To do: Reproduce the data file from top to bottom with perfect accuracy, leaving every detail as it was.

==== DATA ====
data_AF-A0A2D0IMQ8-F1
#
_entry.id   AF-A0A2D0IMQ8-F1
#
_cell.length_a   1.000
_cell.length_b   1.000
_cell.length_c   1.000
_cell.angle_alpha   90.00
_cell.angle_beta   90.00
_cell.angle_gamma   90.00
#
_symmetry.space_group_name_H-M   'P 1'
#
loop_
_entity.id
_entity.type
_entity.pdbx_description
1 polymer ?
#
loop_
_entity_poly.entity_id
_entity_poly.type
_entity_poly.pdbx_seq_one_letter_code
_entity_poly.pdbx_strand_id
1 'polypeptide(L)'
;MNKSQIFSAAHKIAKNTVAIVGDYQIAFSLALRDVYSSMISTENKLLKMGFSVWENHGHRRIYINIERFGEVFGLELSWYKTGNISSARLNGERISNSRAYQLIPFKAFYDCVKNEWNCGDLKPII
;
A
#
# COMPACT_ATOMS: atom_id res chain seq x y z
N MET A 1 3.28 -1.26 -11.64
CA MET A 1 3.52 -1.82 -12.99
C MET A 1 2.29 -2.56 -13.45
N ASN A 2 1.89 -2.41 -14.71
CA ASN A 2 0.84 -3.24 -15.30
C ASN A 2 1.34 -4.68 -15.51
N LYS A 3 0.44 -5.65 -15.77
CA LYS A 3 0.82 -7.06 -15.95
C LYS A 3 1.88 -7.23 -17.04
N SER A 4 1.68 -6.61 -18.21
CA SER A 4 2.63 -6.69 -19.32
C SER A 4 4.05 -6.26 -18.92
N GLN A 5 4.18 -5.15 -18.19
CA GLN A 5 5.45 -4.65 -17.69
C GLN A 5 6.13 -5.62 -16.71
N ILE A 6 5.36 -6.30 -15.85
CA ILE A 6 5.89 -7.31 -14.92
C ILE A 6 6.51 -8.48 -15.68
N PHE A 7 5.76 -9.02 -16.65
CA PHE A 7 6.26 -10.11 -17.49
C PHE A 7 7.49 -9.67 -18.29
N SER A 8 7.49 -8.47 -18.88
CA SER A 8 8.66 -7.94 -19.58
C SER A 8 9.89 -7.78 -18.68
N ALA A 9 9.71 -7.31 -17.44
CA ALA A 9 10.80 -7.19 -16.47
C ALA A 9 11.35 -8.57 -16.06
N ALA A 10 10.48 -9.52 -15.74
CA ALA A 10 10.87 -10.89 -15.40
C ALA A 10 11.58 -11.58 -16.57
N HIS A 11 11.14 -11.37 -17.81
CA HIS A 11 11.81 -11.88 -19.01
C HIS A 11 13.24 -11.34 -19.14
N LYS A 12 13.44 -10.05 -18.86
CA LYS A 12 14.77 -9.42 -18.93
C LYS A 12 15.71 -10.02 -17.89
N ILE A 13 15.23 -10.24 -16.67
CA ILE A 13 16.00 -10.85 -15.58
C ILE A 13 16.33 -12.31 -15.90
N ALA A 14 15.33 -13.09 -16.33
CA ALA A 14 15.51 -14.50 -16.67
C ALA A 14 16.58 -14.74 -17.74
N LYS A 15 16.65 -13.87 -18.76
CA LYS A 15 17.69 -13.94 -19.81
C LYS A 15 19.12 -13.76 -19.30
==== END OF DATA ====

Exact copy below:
data_AF-A0A2D0IMQ8-F1
#
_entry.id   AF-A0A2D0IMQ8-F1
#
_cell.length_a   1.000
_cell.length_b   1.000
_cell.length_c   1.000
_cell.angle_alpha   90.00
_cell.angle_beta   90.00
_cell.angle_gamma   90.00
#
_symmetry.space_group_name_H-M   'P 1'
#
loop_
_entity.id
_entity.type
_entity.pdbx_description
1 polymer ?
#
loop_
_entity_poly.entity_id
_entity_poly.type
_entity_poly.pdbx_seq_one_letter_code
_entity_poly.pdbx_strand_id
1 'polypeptide(L)'
;MNKSQIFSAAHKIAKNTVAIVGDYQIAFSLALRDVYSSMISTENKLLKMGFSVWENHGHRRIYINIERFGEVFGLELSWYKTGNISSARLNGERISNSRAYQLIPFKAFYDCVKNEWNCGDLKPII
;
A
#
# COMPACT_ATOMS: atom_id res chain seq x y z
N MET A 1 3.28 -1.26 -11.64
CA MET A 1 3.52 -1.82 -12.99
C MET A 1 2.29 -2.56 -13.45
N ASN A 2 1.89 -2.41 -14.71
CA ASN A 2 0.84 -3.24 -15.30
C ASN A 2 1.34 -4.68 -15.51
N LYS A 3 0.44 -5.65 -15.77
CA LYS A 3 0.82 -7.06 -15.95
C LYS A 3 1.88 -7.23 -17.04
N SER A 4 1.68 -6.61 -18.21
CA SER A 4 2.63 -6.69 -19.32
C SER A 4 4.05 -6.26 -18.92
N GLN A 5 4.18 -5.15 -18.19
CA GLN A 5 5.45 -4.65 -17.69
C GLN A 5 6.13 -5.62 -16.71
N ILE A 6 5.36 -6.30 -15.85
CA ILE A 6 5.89 -7.31 -14.92
C ILE A 6 6.51 -8.48 -15.68
N PHE A 7 5.76 -9.02 -16.65
CA PHE A 7 6.26 -10.11 -17.49
C PHE A 7 7.49 -9.67 -18.29
N SER A 8 7.49 -8.47 -18.88
CA SER A 8 8.66 -7.94 -19.58
C SER A 8 9.89 -7.78 -18.68
N ALA A 9 9.71 -7.31 -17.44
CA ALA A 9 10.80 -7.19 -16.47
C ALA A 9 11.35 -8.57 -16.06
N ALA A 10 10.48 -9.52 -15.74
CA ALA A 10 10.87 -10.89 -15.40
C ALA A 10 11.58 -11.58 -16.57
N HIS A 11 11.14 -11.37 -17.81
CA HIS A 11 11.81 -11.88 -19.01
C HIS A 11 13.24 -11.34 -19.14
N LYS A 12 13.44 -10.05 -18.86
CA LYS A 12 14.77 -9.42 -18.93
C LYS A 12 15.71 -10.02 -17.89
N ILE A 13 15.23 -10.24 -16.67
CA ILE A 13 16.00 -10.85 -15.58
C ILE A 13 16.33 -12.31 -15.90
N ALA A 14 15.33 -13.09 -16.33
CA ALA A 14 15.51 -14.50 -16.67
C ALA A 14 16.58 -14.74 -17.74
N LYS A 15 16.65 -13.87 -18.76
CA LYS A 15 17.69 -13.94 -19.81
C LYS A 15 19.12 -13.76 -19.30